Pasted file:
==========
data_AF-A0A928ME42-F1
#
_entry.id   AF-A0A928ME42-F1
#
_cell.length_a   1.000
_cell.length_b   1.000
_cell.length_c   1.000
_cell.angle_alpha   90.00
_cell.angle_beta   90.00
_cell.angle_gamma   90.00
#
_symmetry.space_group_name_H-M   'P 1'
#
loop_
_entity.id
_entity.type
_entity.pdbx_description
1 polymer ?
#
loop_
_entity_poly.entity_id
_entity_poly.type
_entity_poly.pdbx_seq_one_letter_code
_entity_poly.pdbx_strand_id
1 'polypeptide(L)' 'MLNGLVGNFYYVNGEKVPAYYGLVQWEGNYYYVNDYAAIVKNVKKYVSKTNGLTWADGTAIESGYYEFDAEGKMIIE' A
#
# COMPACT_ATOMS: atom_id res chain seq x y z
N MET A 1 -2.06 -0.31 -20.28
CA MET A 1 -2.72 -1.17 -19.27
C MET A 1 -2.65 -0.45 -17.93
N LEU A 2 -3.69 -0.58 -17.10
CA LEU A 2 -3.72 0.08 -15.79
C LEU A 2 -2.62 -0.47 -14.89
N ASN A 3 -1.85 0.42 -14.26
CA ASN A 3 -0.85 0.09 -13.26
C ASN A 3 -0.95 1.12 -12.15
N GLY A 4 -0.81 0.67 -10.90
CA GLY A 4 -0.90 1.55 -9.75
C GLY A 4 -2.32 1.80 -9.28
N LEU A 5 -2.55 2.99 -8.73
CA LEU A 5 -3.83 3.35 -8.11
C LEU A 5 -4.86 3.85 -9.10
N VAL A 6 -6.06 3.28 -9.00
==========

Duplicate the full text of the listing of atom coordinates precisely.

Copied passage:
data_AF-A0A928ME42-F1
#
_entry.id   AF-A0A928ME42-F1
#
_cell.length_a   1.000
_cell.length_b   1.000
_cell.length_c   1.000
_cell.angle_alpha   90.00
_cell.angle_beta   90.00
_cell.angle_gamma   90.00
#
_symmetry.space_group_name_H-M   'P 1'
#
loop_
_entity.id
_entity.type
_entity.pdbx_description
1 polymer ?
#
loop_
_entity_poly.entity_id
_entity_poly.type
_entity_poly.pdbx_seq_one_letter_code
_entity_poly.pdbx_strand_id
1 'polypeptide(L)' 'MLNGLVGNFYYVNGEKVPAYYGLVQWEGNYYYVNDYAAIVKNVKKYVSKTNGLTWADGTAIESGYYEFDAEGKMIIE' A
#
# COMPACT_ATOMS: atom_id res chain seq x y z
N MET A 1 -2.06 -0.31 -20.28
CA MET A 1 -2.72 -1.17 -19.27
C MET A 1 -2.65 -0.45 -17.93
N LEU A 2 -3.69 -0.58 -17.10
CA LEU A 2 -3.72 0.08 -15.79
C LEU A 2 -2.62 -0.47 -14.89
N ASN A 3 -1.85 0.42 -14.26
CA ASN A 3 -0.85 0.09 -13.26
C ASN A 3 -0.95 1.12 -12.15
N GLY A 4 -0.81 0.67 -10.90
CA GLY A 4 -0.90 1.55 -9.75
C GLY A 4 -2.32 1.80 -9.28
N LEU A 5 -2.55 2.99 -8.73
CA LEU A 5 -3.83 3.35 -8.11
C LEU A 5 -4.86 3.85 -9.10
N VAL A 6 -6.06 3.28 -9.00